Days into his four-year term, NYC Mayor Eric Adams is getting called out for comments he made during a recent press conference.
While addressing the Omicron Covid-19 variant surge and closures that have taken place as a result, Adams responded to inquiries about whether the city would "reopen" in April. Adams said waiting four months to reopen businesses is "too long."
"January, February, March, April. Four months of not having this business patronized, not having a restaurant patronized, not having business travelers come here to the city to go to our hotels? That is going to be devastating for our economy," Adams said before turning his attention to the people who keep that economy running.
"And I don't know if my businesses are sharing with their employees [but] you're a part of the ecosystem of this city," he said, before generalizing essential workers as "low-skilled."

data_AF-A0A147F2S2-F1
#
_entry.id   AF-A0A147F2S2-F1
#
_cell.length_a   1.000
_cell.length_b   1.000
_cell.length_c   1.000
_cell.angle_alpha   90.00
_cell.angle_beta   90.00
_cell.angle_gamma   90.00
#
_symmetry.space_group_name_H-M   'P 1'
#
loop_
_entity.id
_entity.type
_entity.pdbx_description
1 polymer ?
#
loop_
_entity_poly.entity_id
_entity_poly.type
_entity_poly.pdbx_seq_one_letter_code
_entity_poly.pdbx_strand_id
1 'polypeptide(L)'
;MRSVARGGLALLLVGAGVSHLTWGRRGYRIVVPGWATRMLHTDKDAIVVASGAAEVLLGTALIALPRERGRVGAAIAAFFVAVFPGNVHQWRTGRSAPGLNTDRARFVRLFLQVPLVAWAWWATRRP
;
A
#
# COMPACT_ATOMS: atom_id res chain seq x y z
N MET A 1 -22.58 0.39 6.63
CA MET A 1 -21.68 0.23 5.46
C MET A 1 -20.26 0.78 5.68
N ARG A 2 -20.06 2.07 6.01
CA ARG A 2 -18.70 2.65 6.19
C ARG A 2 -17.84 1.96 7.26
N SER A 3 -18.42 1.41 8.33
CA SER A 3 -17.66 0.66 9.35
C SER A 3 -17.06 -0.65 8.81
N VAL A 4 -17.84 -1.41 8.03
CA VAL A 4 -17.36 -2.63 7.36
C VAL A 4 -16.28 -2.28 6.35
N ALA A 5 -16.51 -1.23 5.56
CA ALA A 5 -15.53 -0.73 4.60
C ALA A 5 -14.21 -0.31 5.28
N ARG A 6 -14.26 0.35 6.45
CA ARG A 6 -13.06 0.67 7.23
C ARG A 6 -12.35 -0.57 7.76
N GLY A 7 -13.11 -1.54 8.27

"My low-skilled workers –– my cooks, my dishwashers, my messengers, my shoe shine people, those who work at Dunkin' Donuts," he said, "They don't have the academic skills to sit in a corner office. They need this. We are in this together, and we should be saying to ourselves, 'If remotely do my job, then that store clerk is not going to be able to have the business he deserves,' That's what I need us to understand."
In response to the remarks, Twitter called out the new mayor and more generally the jump from calling workers essential at the start of the pandemic in 2020 to "low-skilled."
Mayor Adams seemingly responded to the backlash in tweet on Wednesday (January 5) talking about his own experience as a cook and dishwasher.
"I was a cook. I was a dishwasher. If nobody came to my restaurant when I was in college, I wouldn’t have been able to survive. When you talk about closing down our city, you're talking about putting low-wage workers out of a job. I’m not letting that happen," he wrote.